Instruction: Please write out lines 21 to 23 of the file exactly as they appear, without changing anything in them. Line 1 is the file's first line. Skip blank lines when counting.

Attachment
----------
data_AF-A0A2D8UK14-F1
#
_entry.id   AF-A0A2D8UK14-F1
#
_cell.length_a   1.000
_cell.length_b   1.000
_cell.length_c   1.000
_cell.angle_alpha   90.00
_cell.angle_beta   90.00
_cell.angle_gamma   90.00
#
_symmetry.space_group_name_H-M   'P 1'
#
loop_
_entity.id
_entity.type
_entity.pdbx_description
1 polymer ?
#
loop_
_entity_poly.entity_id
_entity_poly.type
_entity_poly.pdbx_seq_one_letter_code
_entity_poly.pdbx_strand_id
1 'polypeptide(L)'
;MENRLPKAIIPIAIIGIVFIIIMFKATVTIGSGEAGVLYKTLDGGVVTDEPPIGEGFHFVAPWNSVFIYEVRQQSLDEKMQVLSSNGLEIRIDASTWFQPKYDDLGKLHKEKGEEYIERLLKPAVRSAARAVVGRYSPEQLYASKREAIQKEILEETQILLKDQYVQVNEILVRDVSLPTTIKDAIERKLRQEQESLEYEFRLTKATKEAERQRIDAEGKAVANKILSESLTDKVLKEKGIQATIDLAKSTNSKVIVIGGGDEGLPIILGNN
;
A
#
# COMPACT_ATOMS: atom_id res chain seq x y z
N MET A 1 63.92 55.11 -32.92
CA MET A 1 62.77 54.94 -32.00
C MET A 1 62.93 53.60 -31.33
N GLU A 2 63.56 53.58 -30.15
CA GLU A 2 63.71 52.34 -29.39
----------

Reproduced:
_entity_poly.entity_id
_entity_poly.type
_entity_poly.pdbx_seq_one_letter_code